A surge of moisture aimed at the Pacific Northwest will generate a bout of flooding rain before a massive Arctic air mass plunges into the West next week.
Rain will increase in coverage and intensity across much of western Washington late Saturday night, including in the cities of Seattle, Olympia and Vancouver.
The moisture will interact with the Cascade Mountains, effectively leading to dangerous rainfall rates of around 1 inch per hour throughout most of the passes.
For residents or visitors traveling through Snoqualmie or Stevens Pass on Sunday, be prepared for slick roadways and potentially blinding downpours.
Rainfall amounts in the central Cascade passes could reach 3-6 inches through Sunday night as snow levels remain on the high side above 6,000 feet.
Mountain rain of this magnitude can lead to sharp rises on area rivers with moderate flooding possible in some locations.
Meanwhile, for folks traveling back home from holiday festivities along Interstate 5 between Everett, Seattle and Olympia, steady to locally heavy rain will develop late Saturday night and continue through Sunday. Rainfall amounts through Sunday will average 1-2 inches, which can lead to some flooding of low-lying and poor drainage areas.
Arctic Air Blasts Southward Sunday Night
After the heavy rainfall that occurs through Sunday, temperatures will turn sharply colder Sunday night across the Pacific Northwest and northern Rockies as a strong cold front slides southward.
Snow levels across the Washington Cascades will fall from around 5,500 feet on Sunday to 2,500 feet Sunday night and end up just above the ground on Monday.
Heavy rain in the Cascades will transition to heavy snow Sunday night with several inches of accumulation likely. Along with the transition to snow, a rapid freeze is likely across the passes of the Cascades as temperatures quickly fall into the 20s late Sunday night. Interstate 90 through the Cascades will become covered with ice and snow and extremely dangerous.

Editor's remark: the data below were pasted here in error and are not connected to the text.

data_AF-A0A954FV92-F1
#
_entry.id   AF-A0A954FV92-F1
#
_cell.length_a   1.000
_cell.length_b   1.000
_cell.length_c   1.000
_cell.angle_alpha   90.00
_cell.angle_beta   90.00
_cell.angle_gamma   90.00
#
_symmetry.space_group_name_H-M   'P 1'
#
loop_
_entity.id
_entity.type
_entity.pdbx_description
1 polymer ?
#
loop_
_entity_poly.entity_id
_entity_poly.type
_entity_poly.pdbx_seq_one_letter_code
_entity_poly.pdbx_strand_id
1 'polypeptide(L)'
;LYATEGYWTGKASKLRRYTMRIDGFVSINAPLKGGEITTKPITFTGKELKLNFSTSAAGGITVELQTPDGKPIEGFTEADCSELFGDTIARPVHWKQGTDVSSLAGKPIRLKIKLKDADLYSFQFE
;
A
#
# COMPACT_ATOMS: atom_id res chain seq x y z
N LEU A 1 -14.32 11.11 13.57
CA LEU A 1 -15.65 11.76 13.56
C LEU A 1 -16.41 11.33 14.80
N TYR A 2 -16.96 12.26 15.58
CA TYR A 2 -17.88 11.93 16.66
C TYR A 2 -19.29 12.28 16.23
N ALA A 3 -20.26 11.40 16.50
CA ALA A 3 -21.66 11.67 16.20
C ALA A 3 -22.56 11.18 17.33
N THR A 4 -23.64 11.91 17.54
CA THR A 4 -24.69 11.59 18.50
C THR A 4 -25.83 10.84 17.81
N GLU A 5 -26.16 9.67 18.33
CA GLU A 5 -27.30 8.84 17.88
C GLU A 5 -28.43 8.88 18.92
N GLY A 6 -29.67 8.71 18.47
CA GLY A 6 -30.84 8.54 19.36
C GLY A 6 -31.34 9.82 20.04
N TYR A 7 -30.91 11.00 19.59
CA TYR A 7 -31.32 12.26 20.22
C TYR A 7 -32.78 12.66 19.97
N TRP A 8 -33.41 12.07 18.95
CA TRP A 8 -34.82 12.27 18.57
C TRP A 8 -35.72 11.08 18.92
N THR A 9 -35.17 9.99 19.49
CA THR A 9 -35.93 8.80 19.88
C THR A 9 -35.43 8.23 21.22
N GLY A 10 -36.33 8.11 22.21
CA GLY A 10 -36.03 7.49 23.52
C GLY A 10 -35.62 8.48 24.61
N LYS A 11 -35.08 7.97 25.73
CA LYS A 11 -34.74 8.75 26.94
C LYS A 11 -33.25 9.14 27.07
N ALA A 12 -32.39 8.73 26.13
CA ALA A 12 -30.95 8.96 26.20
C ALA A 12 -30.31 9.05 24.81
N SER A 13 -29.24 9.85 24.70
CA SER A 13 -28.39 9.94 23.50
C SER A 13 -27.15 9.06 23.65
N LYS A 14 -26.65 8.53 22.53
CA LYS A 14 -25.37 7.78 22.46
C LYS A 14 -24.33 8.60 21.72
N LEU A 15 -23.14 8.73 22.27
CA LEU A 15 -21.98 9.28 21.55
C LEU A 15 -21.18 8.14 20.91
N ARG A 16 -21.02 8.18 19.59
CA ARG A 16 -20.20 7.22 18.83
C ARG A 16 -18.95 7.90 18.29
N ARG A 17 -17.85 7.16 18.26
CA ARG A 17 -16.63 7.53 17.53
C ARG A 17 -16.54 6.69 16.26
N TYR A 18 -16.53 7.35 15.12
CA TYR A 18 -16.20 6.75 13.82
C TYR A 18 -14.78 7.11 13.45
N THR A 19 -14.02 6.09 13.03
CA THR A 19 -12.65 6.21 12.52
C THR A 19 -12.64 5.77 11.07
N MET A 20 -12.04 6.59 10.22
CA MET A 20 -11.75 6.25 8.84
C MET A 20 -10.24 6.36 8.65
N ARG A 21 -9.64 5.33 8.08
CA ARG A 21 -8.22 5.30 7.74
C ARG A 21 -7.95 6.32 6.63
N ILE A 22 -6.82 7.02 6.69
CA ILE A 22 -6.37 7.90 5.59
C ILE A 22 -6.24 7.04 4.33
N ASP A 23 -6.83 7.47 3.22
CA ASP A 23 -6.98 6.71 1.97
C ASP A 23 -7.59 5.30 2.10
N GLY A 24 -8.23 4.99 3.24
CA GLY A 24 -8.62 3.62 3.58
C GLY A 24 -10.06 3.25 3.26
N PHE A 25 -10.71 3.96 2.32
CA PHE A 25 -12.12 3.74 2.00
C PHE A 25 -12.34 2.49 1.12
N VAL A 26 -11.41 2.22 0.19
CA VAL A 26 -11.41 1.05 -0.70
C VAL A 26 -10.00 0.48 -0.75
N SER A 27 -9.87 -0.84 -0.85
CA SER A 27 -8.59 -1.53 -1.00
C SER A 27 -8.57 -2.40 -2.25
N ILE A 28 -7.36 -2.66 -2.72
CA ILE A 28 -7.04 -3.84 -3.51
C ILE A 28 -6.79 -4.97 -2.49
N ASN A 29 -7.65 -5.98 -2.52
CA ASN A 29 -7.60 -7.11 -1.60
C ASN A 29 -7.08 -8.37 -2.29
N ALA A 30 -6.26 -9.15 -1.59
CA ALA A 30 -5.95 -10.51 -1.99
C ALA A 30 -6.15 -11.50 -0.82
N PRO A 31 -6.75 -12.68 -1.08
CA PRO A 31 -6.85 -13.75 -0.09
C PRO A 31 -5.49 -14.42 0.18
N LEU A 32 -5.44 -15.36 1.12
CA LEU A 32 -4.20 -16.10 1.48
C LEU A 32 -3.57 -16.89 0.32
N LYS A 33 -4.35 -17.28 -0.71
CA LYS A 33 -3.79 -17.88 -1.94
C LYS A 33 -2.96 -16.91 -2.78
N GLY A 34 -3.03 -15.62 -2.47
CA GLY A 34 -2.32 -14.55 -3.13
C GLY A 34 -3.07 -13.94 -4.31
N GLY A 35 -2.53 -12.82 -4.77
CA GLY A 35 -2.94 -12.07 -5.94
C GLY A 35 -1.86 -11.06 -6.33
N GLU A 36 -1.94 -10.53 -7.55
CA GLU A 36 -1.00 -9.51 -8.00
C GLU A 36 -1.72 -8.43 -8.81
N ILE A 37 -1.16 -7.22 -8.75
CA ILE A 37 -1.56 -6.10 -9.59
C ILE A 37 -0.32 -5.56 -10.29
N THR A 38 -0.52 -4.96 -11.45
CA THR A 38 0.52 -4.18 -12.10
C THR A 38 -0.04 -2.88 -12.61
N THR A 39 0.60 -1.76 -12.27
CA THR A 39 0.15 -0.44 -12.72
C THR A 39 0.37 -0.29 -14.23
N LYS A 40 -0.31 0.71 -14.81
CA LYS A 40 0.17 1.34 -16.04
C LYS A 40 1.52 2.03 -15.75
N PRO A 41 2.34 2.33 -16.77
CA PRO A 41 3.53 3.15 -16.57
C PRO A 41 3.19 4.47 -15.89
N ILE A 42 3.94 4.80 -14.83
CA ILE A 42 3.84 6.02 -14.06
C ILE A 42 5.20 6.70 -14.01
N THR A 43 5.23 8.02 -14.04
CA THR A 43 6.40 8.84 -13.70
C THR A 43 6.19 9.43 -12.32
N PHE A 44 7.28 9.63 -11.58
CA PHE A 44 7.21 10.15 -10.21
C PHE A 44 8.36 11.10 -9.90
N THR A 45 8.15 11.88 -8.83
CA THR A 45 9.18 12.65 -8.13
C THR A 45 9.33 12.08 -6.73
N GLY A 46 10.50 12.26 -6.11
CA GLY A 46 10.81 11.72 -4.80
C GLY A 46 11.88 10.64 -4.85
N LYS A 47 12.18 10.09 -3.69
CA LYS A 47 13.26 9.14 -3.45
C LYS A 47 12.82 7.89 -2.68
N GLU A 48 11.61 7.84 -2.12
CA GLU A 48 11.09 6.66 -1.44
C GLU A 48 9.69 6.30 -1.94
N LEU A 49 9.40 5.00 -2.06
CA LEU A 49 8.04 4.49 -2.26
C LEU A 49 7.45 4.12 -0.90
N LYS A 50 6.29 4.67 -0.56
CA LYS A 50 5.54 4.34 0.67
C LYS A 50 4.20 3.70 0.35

The air will be so cold that the rain could even mix with some wet snowflakes in places such as Seattle and Portland along the I-5 corridor Monday and Monday night. High temperatures by Tuesday and Wednesday won't get out of the middle 30s in Seattle which is nearly 15 degrees below average for the time of year.
According to Meteorologist Michael Doll, "Several locations, including Seattle and Portland, will flirt with their record low temperatures both Tuesday night and Wednesday night."
Farther east, blizzard conditions will develop Monday from central Alberta into northern Idaho and northwestern Montana as the Arctic air spills southward.
Travel will become extremely difficult Monday in Calgary and Edmonton, Alberta, as wind-whipped snow combines with temperatures falling into the single digits.
Travel along Interstate 15 will also turn dangerous across the northern Rockies as heavy snow falls and the air becomes bitterly cold. Temperatures on Monday in cities such as Great Falls and Helena will start out in the 40s before plummeting into the 20s then falling close to zero Monday night. Highs by Tuesday will struggle to get out of the teens.
As intense thunderstorms rattled over the San Diego area, one driver was alarmed as a falling tree slammed into his vehicle while driving along a crowded highway.
Temperatures will be on the rise across the Northeast this week and continue into the upcoming weekend.
A pattern change will usher in cooler air and rain to the Northwest this week.
Heavy, gusty thunderstorms will affect parts of the central and southern Rockies to the High Plains into Monday night.
Fung-wong brings flooding rainfall across Philippines and Taiwan, at least 11 dead.
At the time, Hugo was ranked as the costliest hurricane to hit the U.S. mainland, with damages totaling $7 billion (1989 USD/$13.43 billion 2014 USD), until Andrew in 1992.
Oklahoma City, OK (2000)
0.03" of rain ended a 54 day dry string.
New England (1961)
Hurricane Esther made a 350-mile circle south of Cape Cod from Sept. 21-25. It later passed over Cape Cod and hit Maine.
Sacramento, CA (1984)
90 degrees F.; record 105th day of 90 degrees or higher this year.